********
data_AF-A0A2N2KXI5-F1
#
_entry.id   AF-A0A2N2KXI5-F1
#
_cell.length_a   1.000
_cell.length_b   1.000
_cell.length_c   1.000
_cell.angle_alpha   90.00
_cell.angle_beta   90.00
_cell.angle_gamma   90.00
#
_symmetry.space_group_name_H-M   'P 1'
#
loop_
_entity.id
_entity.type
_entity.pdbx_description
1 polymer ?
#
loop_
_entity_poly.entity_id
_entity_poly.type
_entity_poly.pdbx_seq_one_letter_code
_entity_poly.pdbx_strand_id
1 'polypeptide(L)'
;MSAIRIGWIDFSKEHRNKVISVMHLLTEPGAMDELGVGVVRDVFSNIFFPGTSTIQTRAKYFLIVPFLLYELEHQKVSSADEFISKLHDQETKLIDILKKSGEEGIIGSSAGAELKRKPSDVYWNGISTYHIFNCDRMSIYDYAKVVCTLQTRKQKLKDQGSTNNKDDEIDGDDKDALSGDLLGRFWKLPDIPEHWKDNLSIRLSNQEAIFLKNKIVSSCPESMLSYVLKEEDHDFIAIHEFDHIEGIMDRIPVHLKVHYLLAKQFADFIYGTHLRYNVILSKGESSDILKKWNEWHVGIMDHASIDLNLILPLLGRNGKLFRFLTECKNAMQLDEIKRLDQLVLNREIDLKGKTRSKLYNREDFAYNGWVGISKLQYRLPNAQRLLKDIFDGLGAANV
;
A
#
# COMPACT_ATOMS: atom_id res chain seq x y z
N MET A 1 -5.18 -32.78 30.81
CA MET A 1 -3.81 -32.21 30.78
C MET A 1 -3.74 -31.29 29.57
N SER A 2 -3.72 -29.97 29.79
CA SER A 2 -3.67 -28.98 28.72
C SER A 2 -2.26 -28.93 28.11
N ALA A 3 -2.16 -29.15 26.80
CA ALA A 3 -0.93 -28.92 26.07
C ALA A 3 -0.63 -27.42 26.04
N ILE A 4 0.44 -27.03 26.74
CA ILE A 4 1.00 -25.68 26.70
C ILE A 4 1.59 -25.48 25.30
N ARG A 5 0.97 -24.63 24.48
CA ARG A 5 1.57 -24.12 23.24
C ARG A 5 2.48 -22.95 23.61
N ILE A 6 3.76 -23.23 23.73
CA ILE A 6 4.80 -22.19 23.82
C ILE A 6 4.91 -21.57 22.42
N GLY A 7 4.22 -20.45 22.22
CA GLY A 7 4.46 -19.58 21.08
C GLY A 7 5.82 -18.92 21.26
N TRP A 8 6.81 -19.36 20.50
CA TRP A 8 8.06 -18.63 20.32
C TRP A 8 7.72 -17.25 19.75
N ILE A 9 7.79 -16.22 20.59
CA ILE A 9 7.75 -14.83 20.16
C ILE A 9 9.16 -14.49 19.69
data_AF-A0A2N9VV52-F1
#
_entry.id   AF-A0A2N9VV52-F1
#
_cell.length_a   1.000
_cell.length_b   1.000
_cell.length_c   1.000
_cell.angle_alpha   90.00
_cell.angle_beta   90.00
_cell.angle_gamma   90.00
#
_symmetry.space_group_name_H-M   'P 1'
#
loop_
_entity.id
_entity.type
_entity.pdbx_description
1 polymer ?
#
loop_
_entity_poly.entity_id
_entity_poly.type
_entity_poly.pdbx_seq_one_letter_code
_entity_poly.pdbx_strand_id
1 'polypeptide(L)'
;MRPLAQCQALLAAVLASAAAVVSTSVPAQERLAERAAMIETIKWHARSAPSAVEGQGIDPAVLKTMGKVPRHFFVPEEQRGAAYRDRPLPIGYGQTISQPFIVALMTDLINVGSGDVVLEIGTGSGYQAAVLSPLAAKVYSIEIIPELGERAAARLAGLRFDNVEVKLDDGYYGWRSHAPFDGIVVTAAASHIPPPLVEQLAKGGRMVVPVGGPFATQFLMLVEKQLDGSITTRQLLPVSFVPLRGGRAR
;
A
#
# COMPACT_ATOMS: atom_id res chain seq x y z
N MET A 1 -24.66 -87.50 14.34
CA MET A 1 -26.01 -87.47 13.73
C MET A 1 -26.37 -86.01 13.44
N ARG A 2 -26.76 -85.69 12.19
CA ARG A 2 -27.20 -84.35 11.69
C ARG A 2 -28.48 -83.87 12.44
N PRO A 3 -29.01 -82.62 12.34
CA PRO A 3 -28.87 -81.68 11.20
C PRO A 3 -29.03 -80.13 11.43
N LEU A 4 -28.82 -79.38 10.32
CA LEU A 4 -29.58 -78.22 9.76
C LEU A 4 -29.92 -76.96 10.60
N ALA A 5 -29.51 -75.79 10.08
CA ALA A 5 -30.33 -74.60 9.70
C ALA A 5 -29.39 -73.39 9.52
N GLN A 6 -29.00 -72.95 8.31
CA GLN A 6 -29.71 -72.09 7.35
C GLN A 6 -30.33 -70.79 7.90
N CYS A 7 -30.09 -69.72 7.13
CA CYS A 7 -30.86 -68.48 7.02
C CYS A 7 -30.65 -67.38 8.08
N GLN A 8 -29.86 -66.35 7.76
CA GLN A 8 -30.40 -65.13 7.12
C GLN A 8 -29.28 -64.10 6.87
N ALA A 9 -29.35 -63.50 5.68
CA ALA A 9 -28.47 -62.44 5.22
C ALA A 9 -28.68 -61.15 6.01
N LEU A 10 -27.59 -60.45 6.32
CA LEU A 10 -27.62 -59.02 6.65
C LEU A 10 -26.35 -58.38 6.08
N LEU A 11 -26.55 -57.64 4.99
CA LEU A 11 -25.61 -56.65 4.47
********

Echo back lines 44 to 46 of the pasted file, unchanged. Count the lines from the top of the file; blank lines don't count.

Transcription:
CA ARG A 5 1.57 -24.12 23.24
C ARG A 5 2.48 -22.95 23.61
N ILE A 6 3.76 -23.23 23.73